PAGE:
“I was sent down when we were talking about the affiliation process between UR Medicine and Noyes Health to talk about bringing Cardiology to Dansville and Geneseo. I was sent to work with the team at the time about bringing that down here. For a number of reasons, the Finger Lakes Cardiology took over the Dansville and Geneseo operations. There was nothing to bring those practices together, so many of them were going to have to close or stop seeing patients. That would’ve been more patients left abandoned or without reasonable access in their community. We provided the fireside chats that were daily zoom webinars that grew into providing ppe. We donated this back to the practices and ultimately buying through UR Medicine the central supply. We donated back to the practices to make sure they had everything they needed to provide care to the patients. Now that has become Covid Vaccine access for medical staff and patients,” Teeters continued.


Teeters provided access during this pandemic to make it easier on hospitals and patients to not be overburden.


“Part of my role will still be medical director of AHP. I will continue to provide my insight with that, but it will be considerably less time. Those relationships will continue. I will still do the fireside chats once or twice a week. We are repurposing them into other business rotation and link the communities together,” Teeters said.


Pollard said most of the work has fallen to the clinical people to handle the Covid 19 restrictions at the hospital.


“You see the trailer upfront that we do Covid 19 testing every day. At noon every day a circle of cars appear as they wait to be tested, and sometimes they go all the way down the driveway to the road. These are people who have to have the nasal swab done for any variety or reasons. We had a little heated trailer for the winter months when it was inclement weather for the staff,” she said. “Once we started receiving the vaccine in December, we had to pull together vaccine clinics. The fast part is giving you the shot. After that comes a lot of paperwork, and you need to enter into the New York State Immunization Systems. You need the person logged into the system, so the state has a statewide record of who received the vaccines. That whole process is going to ramp up soon, since we are slated to become a mass vaccination site in April. We are receiving a lot of doses every single week. We have been told this is going to happen, but the state does sometimes change their minds.”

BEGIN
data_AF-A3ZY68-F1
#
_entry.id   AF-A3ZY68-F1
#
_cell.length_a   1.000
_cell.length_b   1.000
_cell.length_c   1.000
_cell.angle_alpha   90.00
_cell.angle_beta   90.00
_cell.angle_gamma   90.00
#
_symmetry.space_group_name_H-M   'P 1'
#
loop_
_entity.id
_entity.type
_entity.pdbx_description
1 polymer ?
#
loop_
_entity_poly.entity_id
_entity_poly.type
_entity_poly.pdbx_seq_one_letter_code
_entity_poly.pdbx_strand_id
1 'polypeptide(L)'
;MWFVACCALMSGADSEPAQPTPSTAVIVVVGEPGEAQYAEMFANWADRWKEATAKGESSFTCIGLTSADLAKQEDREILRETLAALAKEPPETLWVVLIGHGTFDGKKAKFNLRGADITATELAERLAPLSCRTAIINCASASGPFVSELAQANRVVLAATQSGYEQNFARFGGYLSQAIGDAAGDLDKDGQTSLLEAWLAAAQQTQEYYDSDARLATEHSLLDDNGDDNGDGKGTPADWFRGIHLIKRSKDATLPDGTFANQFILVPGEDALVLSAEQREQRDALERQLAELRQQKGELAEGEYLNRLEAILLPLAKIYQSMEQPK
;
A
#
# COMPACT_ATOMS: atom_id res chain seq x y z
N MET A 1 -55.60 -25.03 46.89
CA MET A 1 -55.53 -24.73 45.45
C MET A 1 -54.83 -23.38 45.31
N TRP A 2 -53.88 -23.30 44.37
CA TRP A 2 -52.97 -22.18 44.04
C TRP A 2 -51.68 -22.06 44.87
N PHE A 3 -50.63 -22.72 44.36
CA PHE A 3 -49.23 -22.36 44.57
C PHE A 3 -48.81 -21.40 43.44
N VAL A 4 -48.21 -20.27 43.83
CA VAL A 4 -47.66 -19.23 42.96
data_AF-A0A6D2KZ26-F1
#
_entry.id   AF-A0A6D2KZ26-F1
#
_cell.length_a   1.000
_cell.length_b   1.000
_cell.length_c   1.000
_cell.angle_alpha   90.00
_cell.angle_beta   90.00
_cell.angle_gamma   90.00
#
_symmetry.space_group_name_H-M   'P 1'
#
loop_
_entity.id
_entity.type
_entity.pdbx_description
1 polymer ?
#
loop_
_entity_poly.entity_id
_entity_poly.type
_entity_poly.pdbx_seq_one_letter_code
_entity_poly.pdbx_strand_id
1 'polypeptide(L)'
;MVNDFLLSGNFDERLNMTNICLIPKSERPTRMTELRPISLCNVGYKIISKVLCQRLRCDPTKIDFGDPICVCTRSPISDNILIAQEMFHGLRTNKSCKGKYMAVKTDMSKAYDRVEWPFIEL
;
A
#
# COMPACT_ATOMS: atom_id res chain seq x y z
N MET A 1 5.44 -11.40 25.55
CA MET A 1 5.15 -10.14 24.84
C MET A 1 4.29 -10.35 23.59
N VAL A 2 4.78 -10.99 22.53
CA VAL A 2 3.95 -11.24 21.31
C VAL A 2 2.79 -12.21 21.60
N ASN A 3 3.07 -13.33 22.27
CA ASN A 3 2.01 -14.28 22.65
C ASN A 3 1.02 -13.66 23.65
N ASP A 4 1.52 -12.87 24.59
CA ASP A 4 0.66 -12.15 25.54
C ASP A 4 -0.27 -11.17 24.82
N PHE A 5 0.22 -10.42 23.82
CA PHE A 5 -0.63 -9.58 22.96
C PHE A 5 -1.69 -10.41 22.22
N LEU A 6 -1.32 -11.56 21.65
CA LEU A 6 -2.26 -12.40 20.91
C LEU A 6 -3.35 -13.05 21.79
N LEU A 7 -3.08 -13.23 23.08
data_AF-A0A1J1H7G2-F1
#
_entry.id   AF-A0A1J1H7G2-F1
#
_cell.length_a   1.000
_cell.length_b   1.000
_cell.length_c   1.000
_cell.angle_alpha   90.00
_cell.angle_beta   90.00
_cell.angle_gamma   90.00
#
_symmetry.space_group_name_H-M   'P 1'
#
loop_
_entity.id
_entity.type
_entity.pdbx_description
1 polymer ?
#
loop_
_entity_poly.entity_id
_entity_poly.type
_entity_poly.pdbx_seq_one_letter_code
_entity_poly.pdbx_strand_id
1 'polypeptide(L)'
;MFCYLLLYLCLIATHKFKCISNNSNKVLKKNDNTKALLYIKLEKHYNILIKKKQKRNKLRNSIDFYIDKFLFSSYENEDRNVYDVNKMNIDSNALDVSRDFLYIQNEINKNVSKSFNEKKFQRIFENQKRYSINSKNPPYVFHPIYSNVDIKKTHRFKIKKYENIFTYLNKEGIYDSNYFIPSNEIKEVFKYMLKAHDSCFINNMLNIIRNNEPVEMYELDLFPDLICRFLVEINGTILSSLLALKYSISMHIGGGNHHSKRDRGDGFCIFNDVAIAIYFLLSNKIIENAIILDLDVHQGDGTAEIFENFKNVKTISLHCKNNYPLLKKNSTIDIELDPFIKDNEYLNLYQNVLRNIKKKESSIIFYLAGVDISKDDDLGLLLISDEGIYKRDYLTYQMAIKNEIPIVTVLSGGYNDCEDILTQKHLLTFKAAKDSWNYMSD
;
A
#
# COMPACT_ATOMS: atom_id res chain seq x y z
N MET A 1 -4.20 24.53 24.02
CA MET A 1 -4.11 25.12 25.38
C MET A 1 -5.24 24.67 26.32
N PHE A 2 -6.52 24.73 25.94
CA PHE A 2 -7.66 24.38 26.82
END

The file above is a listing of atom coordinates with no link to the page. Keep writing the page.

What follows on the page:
Pollard explained when the vaccines come there may be a change in the age requirements. The state determines what vaccines the hospital receives, and the manner in which those vaccines can be distributed. For instance, the Johnson and Johnson vaccines are determined for patients leaving the hospital after being discharged. The hospital only gets a small amount of the one-shot vaccine.


“It is more important for you to be vaccinated than to be waiting for the one you think you want,” Pollard said. “We have the vaccine clinics downstairs in the conference center. Remember you need to sit for 15 minutes after your shot to be observed. All of those people need to sit there for 15 minutes.”


Pollard has many accomplishments in her time as president and chief executive officer at Noyes Health, but for her the biggest one was Ann and Carl Myers Cancer Center. Pollard said thousands of patients depend on that cancer center, and she is proud that it is part of her legacy at the hospital. The Michael Saunders Imaging Center is nearly complete. There will be new offices to bring in specialists from UR Medicine being constructed in Dansville. EPIC is being used to change the way we handle health records, and will make it easier on the doctors and patients. The new Noyes Health and Wellness facility in Avon will be breaking ground in April. It will provide easy access for patients off of I390.


Teeters said he looks forward to working with enriching the lives in this century-old institution that is embedded in the community. He has big plans for Dansville and Geneseo moving forward.